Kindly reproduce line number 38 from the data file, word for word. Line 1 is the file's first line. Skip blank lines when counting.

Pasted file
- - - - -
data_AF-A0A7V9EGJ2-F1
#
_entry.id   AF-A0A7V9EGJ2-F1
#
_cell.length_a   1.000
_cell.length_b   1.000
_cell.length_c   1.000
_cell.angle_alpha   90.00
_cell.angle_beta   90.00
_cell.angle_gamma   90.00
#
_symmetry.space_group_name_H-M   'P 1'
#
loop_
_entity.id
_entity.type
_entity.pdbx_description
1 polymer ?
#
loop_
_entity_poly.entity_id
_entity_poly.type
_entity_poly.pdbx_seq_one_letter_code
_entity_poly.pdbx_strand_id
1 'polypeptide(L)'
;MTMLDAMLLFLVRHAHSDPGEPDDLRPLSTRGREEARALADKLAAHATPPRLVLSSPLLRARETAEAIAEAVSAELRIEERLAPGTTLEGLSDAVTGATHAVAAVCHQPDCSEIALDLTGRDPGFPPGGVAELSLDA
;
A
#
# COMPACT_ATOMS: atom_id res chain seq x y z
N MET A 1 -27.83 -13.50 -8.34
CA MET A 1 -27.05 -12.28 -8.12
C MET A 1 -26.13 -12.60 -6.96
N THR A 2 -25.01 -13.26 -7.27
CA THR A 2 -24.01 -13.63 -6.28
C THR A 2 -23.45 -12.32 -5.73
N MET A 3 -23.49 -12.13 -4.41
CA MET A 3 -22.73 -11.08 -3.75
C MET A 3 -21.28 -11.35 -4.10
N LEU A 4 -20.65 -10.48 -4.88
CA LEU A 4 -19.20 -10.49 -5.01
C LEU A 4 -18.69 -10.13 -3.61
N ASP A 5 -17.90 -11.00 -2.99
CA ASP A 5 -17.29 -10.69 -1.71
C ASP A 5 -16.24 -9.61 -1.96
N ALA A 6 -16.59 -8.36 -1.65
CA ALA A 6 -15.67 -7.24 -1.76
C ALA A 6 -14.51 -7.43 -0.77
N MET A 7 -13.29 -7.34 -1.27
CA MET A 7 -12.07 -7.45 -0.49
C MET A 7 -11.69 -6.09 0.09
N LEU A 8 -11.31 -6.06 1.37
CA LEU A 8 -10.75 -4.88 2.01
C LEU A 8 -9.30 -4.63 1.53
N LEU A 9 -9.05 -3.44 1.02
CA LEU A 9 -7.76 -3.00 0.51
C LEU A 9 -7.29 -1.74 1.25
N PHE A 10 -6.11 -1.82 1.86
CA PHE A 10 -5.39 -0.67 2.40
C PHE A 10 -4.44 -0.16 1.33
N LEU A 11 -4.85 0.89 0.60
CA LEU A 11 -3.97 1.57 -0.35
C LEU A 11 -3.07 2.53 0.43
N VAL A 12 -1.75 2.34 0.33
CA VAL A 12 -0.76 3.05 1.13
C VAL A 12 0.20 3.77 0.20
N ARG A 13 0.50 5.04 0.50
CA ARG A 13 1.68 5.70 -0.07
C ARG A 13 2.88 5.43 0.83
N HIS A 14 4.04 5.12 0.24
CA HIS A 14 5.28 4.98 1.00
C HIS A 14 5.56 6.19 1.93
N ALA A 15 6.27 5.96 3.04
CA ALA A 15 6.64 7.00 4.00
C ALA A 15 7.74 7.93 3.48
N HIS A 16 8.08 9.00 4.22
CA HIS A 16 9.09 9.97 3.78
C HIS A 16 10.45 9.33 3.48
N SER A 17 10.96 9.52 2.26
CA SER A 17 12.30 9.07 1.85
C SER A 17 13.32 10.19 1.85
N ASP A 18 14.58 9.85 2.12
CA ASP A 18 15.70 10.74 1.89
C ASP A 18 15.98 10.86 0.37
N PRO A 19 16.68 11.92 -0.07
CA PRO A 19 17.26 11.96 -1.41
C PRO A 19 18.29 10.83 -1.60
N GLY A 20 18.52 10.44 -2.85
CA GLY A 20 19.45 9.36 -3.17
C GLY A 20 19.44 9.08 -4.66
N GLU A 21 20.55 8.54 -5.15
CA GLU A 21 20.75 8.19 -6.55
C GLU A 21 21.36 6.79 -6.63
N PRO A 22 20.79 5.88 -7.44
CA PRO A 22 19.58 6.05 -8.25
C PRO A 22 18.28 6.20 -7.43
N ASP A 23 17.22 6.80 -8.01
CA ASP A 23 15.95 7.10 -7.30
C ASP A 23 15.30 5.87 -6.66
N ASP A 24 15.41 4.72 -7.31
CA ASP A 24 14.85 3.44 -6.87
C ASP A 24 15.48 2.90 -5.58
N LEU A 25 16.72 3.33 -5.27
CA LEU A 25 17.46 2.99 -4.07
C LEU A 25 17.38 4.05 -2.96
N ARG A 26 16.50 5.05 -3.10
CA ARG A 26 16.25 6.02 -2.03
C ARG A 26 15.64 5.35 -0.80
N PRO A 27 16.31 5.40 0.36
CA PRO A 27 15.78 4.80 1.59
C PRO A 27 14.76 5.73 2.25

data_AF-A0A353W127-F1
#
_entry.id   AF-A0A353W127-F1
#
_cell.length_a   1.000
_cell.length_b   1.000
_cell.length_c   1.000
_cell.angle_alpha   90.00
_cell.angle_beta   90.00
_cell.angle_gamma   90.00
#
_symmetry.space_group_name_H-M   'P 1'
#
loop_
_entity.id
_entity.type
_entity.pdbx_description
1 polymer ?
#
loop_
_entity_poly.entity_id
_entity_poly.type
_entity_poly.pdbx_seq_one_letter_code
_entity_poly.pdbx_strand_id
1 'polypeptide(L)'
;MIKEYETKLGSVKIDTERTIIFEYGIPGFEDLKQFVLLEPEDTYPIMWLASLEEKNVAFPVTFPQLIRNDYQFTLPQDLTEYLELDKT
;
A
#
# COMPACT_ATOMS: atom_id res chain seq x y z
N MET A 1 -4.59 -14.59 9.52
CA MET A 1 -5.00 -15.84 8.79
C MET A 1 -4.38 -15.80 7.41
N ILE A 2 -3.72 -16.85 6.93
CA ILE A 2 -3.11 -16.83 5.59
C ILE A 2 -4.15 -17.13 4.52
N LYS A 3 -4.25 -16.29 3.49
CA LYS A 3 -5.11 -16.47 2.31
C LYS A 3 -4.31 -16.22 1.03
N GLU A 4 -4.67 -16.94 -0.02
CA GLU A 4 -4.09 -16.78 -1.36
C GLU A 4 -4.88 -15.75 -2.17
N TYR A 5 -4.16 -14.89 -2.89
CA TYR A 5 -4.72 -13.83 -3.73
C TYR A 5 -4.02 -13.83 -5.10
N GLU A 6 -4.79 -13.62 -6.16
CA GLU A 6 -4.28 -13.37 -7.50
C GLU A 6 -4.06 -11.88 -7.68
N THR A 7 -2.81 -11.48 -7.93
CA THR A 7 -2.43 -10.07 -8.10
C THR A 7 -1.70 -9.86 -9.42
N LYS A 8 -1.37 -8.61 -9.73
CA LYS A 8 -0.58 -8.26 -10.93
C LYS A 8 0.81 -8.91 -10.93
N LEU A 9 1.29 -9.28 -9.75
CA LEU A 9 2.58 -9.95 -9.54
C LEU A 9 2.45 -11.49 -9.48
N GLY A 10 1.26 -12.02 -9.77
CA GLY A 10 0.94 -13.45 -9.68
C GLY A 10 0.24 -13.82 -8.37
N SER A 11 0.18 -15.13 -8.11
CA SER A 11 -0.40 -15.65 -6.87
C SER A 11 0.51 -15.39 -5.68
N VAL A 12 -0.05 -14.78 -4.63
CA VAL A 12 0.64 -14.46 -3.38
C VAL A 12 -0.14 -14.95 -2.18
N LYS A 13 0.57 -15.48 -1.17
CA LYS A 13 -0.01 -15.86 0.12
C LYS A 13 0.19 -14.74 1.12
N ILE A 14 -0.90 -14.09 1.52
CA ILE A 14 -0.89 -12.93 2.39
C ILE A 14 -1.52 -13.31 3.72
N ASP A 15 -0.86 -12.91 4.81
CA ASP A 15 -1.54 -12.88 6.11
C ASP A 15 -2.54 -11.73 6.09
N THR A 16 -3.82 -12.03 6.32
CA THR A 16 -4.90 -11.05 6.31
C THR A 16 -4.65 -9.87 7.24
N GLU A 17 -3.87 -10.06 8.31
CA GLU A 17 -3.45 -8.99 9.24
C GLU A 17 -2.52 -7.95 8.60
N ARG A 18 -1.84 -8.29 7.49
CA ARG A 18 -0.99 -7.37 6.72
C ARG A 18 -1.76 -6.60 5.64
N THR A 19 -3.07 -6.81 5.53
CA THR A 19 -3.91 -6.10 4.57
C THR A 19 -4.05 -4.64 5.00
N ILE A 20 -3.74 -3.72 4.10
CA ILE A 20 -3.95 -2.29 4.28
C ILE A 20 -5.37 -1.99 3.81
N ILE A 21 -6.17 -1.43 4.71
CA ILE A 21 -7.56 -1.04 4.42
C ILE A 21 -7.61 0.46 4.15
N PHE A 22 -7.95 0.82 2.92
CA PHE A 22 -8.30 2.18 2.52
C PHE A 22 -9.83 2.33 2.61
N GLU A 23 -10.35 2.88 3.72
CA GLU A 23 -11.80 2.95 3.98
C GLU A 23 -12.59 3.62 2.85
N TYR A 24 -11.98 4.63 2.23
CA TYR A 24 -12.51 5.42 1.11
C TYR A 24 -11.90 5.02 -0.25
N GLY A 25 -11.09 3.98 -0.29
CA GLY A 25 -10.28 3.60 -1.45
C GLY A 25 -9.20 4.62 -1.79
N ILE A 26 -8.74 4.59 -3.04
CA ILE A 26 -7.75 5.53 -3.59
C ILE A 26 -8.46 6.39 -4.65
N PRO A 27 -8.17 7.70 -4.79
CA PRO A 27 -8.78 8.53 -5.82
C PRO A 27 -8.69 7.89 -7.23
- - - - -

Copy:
CA MET A 3 -22.73 -11.08 -3.75